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Sunday, 28 August 2011

PRIMARY DEFICIT ENTERS THE TWILIGHT ZONE

Readers will remember my little naive model for the primary deficit, the one that kept warning that the public finances are becoming unstable. I called it naive in my last post on the matter in order to indicate that it's fitted to a simple pattern with little basis in the actual economics of the Greek state.

Well as with all naive models it has just been blown to shit by the facts. You see, the model as of June 2011 looked like this:


 Now that the figures for July have come in, it looks more like this:


When the data no longer fit one's model, it's the model that has to go. But I think you'll agree with me that we're in uncharted territory here in more ways than my own failed predictions can demonstrate. I will set the model aside for now then and just show you the facts.

July was a surplus month as expected. But whereas July 2010 returned a primary surplus of EUR730m, July 2011 returned a much smaller primary surplus of EUR385m. We've now exceeded the 2010 primary deficit every month since April, as per the graph below:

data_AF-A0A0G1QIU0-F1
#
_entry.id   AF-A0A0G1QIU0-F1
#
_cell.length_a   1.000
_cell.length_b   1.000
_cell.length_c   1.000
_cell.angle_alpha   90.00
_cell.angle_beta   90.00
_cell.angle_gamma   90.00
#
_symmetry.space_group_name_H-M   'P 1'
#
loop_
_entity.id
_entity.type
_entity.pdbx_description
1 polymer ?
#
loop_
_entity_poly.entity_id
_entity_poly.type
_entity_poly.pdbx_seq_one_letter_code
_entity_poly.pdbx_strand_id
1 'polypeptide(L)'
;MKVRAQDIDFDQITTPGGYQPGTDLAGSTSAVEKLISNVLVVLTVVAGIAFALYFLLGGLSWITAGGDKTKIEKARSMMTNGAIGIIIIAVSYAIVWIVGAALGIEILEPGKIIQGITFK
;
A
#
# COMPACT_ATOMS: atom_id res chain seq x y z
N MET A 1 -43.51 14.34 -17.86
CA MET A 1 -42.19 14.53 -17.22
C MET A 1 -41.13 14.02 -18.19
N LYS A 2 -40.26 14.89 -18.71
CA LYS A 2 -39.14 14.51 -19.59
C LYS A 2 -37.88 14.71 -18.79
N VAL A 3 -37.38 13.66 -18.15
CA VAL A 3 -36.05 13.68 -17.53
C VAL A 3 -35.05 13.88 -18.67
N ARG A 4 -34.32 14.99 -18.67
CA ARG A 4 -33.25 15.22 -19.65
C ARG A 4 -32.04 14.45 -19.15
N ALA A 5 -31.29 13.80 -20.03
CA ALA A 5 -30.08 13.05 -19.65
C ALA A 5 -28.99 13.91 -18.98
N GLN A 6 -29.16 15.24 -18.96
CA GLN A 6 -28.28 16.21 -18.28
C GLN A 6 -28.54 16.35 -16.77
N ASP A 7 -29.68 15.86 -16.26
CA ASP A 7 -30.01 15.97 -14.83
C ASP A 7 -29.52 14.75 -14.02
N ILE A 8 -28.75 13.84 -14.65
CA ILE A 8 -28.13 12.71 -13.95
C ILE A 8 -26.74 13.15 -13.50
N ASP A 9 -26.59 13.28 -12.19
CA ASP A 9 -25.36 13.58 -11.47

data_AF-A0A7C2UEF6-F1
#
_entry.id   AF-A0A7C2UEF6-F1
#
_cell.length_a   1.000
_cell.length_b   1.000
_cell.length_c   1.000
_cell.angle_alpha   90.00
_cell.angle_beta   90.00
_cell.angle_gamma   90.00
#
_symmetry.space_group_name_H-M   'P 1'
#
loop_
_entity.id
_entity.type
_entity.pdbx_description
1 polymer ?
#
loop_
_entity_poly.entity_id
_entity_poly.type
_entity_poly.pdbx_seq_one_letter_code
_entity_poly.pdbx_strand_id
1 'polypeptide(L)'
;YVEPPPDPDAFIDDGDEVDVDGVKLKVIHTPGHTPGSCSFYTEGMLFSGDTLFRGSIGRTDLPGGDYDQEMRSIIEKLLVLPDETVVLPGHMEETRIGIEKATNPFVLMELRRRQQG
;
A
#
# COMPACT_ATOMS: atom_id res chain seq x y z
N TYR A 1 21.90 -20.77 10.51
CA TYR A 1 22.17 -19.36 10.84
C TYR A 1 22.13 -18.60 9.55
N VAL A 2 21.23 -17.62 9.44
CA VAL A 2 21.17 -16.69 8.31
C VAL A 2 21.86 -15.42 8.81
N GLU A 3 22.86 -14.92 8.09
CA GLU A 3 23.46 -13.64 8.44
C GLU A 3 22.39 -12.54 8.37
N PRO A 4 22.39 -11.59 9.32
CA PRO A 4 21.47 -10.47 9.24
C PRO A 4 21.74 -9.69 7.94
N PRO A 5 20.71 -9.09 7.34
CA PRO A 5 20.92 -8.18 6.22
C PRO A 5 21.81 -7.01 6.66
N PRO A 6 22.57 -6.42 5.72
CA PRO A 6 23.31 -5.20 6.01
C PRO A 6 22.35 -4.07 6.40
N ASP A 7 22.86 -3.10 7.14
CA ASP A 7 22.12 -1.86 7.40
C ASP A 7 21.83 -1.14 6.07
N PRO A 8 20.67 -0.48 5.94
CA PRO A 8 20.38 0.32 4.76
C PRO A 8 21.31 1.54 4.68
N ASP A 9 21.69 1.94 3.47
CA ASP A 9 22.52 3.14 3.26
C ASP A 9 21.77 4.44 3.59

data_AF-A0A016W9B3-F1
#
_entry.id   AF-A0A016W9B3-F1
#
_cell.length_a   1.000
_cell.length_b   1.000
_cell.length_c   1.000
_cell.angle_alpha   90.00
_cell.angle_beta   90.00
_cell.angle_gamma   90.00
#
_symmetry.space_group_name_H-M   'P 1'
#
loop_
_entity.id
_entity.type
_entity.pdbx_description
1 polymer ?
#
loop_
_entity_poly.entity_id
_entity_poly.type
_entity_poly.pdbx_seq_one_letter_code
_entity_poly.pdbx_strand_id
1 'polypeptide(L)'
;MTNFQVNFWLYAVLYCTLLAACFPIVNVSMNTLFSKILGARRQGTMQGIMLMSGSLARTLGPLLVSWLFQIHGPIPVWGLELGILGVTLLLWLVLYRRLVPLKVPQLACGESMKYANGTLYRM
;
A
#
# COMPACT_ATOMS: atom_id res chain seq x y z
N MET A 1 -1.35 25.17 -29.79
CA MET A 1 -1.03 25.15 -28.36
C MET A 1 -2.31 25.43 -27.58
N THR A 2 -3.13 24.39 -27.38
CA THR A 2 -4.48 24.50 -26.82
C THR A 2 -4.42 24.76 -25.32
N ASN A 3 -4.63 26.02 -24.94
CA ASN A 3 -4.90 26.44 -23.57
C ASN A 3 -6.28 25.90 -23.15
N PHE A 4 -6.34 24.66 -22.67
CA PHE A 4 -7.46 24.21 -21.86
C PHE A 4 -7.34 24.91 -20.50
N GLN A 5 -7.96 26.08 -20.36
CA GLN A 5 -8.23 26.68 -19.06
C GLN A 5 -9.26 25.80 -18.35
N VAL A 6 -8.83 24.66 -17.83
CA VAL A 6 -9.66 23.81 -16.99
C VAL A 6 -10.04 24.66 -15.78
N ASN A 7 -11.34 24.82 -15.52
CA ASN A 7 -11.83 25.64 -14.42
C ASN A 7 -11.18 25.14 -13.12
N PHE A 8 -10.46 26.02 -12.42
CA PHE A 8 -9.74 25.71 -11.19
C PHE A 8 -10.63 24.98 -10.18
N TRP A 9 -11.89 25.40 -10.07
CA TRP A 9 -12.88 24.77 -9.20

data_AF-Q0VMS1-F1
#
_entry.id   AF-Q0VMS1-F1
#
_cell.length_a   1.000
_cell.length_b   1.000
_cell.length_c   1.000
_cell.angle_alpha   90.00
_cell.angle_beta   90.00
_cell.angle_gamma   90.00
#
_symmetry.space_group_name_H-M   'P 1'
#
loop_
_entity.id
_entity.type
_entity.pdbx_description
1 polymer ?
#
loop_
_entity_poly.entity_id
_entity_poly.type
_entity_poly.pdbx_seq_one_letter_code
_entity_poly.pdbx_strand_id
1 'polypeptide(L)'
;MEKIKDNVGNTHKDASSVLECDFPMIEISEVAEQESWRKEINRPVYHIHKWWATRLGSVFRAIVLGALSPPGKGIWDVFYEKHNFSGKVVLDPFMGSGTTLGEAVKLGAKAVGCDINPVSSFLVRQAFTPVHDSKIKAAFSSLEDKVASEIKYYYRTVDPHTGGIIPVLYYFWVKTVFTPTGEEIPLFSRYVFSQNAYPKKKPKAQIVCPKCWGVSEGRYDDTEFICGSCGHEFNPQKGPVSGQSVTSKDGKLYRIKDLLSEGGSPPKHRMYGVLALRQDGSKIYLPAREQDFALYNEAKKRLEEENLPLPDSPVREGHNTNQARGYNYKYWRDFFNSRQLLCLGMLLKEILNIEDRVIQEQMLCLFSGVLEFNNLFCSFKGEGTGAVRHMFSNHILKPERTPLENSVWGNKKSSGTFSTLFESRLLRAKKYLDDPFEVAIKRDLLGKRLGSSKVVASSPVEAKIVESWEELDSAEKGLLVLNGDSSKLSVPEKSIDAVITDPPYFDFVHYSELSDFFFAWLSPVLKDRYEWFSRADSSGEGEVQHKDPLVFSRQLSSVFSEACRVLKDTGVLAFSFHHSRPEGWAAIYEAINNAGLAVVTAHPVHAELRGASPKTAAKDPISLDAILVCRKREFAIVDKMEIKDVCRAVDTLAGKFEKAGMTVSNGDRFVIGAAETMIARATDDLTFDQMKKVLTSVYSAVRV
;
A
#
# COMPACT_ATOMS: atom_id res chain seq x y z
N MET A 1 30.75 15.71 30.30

All in all, we're already EUR1.8bn off last year's primary deficit figures. Mind you, that year's ytd spending figures have been mysteriously revised upwards by EUR340m, and the June figures by EUR240m, so it's hard to know what really happened last year until this year is over. All I know is that at this rate we're on track to achieve a primary deficit of EUR8bn if all following months exactly mirror those of 2010, or EUR9.4bn if the current trend persists.

Is this due to the deeper-than-expected recession, as both the Ministry of Finance and its critics claim? Well, according to the Ministry's figures revenues are down by EUR1.9bn year on year while primary expenditures (including, as I always do, public investment) are down by a mere EUR113m - and that's only because the public investment budget has been slashed by another EUR1.6bn. Otherwise, public expenditure has risen (yes, risen) in 2011 so far. Cutting public investment is the worst way to cut the deficit and the IMF knows this.

So why they are allowing it is beyond me.  

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